What fun! Today I buy a day pass for Muni, able to ride all over SF, unlimited rides on bus, streetcar and even the fabled cable cars! So I am a tourist for the day.
When I board the cable car for the first time, a child in me is giddy. I’ve always loved trains, but the cable car is the ultimate train. Pulled up and down the steep grades by underground cables running at 9.5 miles per hour. The cables are invisible, but I am aware of their presence through their constant whirring and clanking.
The cable car operator is an entertainer as much as an engineer. He hoots and whistles to the operators of passing cars, and chats with many regular riders. I’m envious of their familiarity. The long weeks and miles on the road are wearing on me. I’m growing tired of being alone on this tour. But today, I join the other millions of this city of hills, this city by the bay. I am a San Franciscan today.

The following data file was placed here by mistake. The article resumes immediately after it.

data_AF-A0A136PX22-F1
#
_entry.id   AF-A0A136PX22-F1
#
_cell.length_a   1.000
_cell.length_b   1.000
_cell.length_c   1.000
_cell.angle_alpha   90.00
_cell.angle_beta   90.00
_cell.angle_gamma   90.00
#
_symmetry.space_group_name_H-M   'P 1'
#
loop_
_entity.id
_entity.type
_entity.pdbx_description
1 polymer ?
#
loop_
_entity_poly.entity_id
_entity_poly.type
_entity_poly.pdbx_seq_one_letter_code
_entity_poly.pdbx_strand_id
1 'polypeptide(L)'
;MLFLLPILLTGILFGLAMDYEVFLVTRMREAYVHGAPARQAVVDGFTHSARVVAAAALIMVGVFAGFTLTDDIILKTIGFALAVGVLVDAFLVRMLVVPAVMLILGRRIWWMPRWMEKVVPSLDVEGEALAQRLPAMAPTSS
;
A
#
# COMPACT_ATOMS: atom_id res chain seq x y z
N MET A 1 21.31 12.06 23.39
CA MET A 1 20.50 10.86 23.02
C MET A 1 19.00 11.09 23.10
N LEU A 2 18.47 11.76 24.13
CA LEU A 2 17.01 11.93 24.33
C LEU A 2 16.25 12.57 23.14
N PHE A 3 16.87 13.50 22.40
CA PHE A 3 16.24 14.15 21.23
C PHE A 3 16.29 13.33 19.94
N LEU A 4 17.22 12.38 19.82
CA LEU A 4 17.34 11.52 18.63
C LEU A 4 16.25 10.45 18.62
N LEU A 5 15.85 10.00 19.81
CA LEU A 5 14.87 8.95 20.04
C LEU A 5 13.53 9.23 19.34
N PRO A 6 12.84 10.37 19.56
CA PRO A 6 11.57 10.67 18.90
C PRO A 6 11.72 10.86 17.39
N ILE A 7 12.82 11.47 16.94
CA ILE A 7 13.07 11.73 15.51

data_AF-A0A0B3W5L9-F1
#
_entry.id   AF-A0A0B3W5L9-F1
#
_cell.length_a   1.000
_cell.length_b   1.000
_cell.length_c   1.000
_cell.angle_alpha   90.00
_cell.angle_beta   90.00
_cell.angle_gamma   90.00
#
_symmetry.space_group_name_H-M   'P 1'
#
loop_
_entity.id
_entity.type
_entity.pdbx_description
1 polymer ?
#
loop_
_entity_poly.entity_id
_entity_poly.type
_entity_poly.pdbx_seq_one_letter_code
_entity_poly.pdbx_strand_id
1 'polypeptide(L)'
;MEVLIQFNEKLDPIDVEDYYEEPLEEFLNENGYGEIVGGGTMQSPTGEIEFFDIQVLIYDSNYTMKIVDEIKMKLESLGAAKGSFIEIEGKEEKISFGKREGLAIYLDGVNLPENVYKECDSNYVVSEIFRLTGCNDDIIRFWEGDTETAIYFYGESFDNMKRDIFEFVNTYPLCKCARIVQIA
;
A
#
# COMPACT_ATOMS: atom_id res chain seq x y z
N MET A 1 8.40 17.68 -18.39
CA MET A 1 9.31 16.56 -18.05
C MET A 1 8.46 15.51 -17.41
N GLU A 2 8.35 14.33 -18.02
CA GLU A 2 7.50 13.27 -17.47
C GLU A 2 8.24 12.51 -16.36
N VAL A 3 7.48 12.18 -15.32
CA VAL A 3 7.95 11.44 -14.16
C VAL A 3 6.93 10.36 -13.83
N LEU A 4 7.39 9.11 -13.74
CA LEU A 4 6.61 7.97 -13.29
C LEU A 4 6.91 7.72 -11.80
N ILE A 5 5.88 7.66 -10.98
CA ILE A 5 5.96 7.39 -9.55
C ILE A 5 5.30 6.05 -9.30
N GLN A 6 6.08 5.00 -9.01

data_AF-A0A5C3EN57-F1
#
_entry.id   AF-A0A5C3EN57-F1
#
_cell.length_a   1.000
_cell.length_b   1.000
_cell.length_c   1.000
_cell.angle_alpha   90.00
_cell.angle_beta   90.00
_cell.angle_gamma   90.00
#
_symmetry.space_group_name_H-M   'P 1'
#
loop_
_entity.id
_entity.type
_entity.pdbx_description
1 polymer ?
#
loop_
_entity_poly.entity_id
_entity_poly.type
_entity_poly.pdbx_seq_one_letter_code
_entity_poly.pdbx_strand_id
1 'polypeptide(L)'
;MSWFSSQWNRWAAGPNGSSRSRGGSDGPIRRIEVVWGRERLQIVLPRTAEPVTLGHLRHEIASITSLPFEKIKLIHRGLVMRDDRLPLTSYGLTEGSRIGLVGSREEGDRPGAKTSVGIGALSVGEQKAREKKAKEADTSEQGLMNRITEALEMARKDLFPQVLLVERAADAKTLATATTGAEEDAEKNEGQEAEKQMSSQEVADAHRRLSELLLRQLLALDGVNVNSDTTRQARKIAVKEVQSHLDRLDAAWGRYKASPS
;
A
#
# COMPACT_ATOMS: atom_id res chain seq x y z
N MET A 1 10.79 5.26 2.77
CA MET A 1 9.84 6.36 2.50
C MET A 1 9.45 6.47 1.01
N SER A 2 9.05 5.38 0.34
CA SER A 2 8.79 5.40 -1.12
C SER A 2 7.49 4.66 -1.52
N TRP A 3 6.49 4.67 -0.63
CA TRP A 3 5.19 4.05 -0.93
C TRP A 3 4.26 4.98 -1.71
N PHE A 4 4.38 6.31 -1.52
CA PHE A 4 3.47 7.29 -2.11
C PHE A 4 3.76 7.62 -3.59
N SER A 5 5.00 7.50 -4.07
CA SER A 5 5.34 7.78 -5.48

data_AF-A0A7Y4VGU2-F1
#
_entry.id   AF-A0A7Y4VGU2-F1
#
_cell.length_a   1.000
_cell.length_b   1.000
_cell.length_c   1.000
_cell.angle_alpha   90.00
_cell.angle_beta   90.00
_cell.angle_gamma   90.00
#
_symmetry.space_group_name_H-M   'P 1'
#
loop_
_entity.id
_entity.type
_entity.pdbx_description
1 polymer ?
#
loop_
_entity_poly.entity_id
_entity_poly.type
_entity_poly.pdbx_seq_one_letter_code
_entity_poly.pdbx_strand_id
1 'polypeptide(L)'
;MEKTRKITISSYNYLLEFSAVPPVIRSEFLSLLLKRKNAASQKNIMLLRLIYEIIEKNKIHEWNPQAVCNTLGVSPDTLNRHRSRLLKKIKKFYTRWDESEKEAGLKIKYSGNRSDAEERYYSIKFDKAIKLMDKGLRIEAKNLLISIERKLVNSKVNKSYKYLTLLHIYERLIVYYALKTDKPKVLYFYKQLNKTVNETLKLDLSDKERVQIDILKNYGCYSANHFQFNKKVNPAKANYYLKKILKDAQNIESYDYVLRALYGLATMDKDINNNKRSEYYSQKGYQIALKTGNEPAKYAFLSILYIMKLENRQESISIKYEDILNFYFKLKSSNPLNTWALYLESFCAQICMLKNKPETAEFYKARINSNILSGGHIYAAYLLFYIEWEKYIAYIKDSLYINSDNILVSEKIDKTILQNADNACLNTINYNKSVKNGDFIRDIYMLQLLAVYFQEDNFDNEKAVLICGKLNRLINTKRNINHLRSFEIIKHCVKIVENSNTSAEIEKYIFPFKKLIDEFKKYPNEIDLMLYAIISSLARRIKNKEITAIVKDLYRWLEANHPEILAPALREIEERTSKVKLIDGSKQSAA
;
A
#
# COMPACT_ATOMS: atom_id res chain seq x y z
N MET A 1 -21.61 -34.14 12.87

I ride all over, then settle in to grab a movie at the Embarcadero Center, “Armstrong’s Lie”. Yikes. What a sordid tale, a man who stole the Tour de France seven times. Literally stole. And was banned from pro cycling for life. Medals stripped from him. The documentarian was duped by Armstrong as well, until he finally came out and admitted the doping earlier this year.
Beneath the deceit, before the lies, Armstrong told of getting back on his bicycle for the first time after nearly succumbing to cancer. “It’s like being a child again. The reason kids like their bikes so much, it’s the first time they are really free.” Armstrong’s competitive monster took over, however, and he was willing to break all the rules in order to win. Something about the nature of competition. The drive to be first. To bury your challengers. Does it bring out the best? Or the worst in us?
I’m out of the theater. And it’s raining. Only the second rain I’ve seen on my trip. I’m back on the cable car, my child a bit diminished by the movie’s gravity. Then the car climbs and descends past Lombard, that incredibly steep hill. I’m glad for the sand scattered on the tracks, for the skilled operator, for the hidden cables pulling us up, and slowing our descent. I’m glad to retreat to the warm hostel, rain outside so rare in this place. But I come from the land of rain, and am heading back soon. I’m getting ready for the wet.